Case Study: Audits for Software – Inspiration from Last Year’s IAITAM Conference

By Mary Barr, ERCOT

Don’t you love the feeling you get when you attend a presentation and find out you’re not alone in what your instincts are telling you? That someone else out there in the wide world of asset management has considered the same things, created some order out of those scattered thoughts and ideas, and stood up to present them?

And don’t you love when those presentations give you food for thought, and have you “chomping at the bit” to get home and try out new ideas? That’s what happened to me at the 2010 IAITAM conference, when I attended a presentation by Mr. Krzysztof Baczkiewicz and Mr. Terry Divelbliss from Eracent, called “Focus! The Art of Choosing Goals for an Internal Software Audit.”

They presented several different types of audits, what the primary and secondary emphasis of each was, and what to consider out of scope. Listening to the presentation I realized I’d already implemented several of them and that I now had a name for the work I was doing.

Compliance Audit

The first goal was to make sure software was compliant and stayed that way. I gathered proof of purchase history for software most requested by the community, as well as the publishers being mentioned in the Gartner conference surveys on auditing trends.

This proof was matched up with installations and the results evaluated. Processes were then set up to re-visit the software inventory on a regular basis and make corrections when needed.

Harvesting Audit

Once the audit for compliance was underway, I looked for other layers of efficiency. The next important, and easiest to implement, was to harvest unused installations. For software nearing or out of compliance, I started emailing the managers a list of installations in their departments to find out which were not being used. I’m fortunate! My company is small enough in headcount and only in two locations.

Business Alignment Audit

Next, I started educating managers on software that did the same thing and what the differences were between editions, so that the right software could be aligned with the work their people were doing. The emphasis was to move towards freeware, open-source, and less expensive editions than what had been installed initially.

Standardization Audit

About the same time, I also implemented ‘standardization.’ With the help of the new supervisor of our workstation management team, his team’s software packaging and archives process were cleaned up. A version was identified to standardize the company on and a plan for implementing the change in an orderly manner developed. The plan included moving everyone to that version with the appropriate licenses in place. The process was repeated for each of our widely used software.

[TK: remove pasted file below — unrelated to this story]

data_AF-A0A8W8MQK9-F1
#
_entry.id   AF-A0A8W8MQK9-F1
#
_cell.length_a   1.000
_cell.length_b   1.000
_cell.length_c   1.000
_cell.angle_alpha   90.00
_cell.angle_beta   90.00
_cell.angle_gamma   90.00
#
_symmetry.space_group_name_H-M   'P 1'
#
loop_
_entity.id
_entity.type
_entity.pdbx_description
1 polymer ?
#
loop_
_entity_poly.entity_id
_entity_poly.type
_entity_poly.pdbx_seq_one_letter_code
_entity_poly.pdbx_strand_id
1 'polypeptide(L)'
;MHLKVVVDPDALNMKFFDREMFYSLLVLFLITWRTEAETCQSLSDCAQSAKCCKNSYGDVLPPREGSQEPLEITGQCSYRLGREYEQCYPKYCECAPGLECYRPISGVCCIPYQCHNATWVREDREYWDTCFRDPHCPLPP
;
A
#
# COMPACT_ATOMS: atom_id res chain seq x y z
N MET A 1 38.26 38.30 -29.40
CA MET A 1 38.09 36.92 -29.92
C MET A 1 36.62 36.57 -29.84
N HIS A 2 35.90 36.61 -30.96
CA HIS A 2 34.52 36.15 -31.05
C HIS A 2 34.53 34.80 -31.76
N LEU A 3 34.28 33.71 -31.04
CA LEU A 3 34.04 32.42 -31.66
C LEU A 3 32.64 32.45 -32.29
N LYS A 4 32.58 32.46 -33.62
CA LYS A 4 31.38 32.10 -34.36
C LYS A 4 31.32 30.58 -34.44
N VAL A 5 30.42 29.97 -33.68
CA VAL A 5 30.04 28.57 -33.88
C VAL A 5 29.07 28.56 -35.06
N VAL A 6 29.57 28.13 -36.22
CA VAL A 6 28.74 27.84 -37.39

Authorized Use Audit

I created a process to review new software and to document which departments were authorized to have the software installed. Subsequent requests for the software were checked against the results. This audit focused on the new software and is missing the comparison of existing installs to the review results to identify unauthorized installs. Also missing is the implementation of controls that shut down installs and use of unauthorized software. I hope to implement this type of audit next.

Open-Source Authoring Audit

This audit is one I’ve thought of and determined I don’t need for now. It is the review of open-source code to make sure the appropriate authors are being given credit for their work.

Use Audit

This type of audit compares the software installed to software that is being used. The most common use of this audit is during the renewal of services and identifying:

  • Software that is no longer in use
  • Services no longer being used or with levels of support that don’t align with business needs

The audit includes examining future needs for software such as development forecasts related to the software. I have not formalized this audit in my processes as yet.

Cross Departmental Audit

These audits involve providing information to other areas in the company to support their work. Here are a few examples of departments with whom a Software Asset Management program interacts, along with my notes on my program:

  • Financial/Accounting: My company doesn’t have a charge-back process so these audit types have not been areas of importance to-date. With further exploration, it’s possible I could generate a new service to other departments I’ve not worked with before.
  • CMDB: My company does use a CMDB but exclusively for our server environment; all of my audits are used in the workstation environment.
  • Security: My company has a ‘cyber’ security team and they do review software, but both parties are interested in what the other is doing so there are opportunities for development of this audit type.

Attending the presentation on the use of audits helped me gain perspective on the processes and organization in the existing Software Asset Management that I had already done. Using the audit approach allows me to not only confirm how well processes that are in place are working but also to help evaluate potential improvements to the program.

About the Author

Mary has moved in the IT world her entire career with the last 12 devoted to software asset management, in the energy and software publishing industries. Although duties have changed with time in these 12 years they all gravitate to educating internal and external customers on what SAM is, what the impact to their work is, and is always about how to make their work move smoother and with less risk.